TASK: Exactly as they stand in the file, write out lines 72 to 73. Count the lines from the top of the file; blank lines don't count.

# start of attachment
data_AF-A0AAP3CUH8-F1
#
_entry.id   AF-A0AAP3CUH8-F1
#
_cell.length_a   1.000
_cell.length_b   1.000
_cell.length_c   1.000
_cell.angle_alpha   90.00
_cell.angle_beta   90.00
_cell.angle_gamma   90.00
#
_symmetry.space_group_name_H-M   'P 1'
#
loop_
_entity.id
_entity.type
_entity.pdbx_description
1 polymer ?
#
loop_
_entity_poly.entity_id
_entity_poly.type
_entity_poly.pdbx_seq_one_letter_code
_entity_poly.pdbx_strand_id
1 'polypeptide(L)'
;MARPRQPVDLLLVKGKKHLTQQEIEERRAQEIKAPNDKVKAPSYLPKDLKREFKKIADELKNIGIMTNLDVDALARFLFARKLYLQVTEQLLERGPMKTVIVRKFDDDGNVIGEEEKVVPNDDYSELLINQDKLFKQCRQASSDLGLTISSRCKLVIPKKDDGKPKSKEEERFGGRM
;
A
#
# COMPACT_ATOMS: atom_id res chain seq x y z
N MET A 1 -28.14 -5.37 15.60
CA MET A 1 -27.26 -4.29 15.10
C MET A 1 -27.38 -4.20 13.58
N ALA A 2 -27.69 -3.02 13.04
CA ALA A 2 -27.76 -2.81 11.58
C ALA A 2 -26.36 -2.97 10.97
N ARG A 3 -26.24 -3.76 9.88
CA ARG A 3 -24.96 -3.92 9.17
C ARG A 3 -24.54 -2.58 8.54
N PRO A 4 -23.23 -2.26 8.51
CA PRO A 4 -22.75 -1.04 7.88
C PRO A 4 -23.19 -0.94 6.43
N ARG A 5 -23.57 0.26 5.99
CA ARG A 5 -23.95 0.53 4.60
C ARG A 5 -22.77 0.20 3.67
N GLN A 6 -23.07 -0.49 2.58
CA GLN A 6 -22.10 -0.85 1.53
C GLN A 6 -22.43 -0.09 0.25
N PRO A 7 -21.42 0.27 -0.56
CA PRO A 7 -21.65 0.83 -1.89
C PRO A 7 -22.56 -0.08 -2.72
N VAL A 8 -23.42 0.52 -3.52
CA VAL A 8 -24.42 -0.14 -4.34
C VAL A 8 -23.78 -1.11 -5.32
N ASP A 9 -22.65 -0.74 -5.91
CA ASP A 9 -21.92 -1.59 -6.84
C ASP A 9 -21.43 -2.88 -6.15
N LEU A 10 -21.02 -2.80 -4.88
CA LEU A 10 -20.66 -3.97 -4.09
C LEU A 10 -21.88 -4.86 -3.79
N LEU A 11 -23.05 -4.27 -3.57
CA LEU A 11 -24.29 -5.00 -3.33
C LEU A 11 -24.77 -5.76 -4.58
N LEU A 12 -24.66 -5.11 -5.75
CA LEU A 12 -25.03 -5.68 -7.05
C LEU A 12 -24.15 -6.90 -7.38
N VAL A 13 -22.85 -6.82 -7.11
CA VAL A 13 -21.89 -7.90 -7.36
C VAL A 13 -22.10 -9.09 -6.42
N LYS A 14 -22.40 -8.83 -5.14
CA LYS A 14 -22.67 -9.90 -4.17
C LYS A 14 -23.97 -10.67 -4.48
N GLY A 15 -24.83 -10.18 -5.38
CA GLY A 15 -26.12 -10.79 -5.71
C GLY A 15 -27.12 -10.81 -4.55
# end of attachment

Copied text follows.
C LYS A 14 -23.97 -10.67 -4.48
N GLY A 15 -24.83 -10.18 -5.38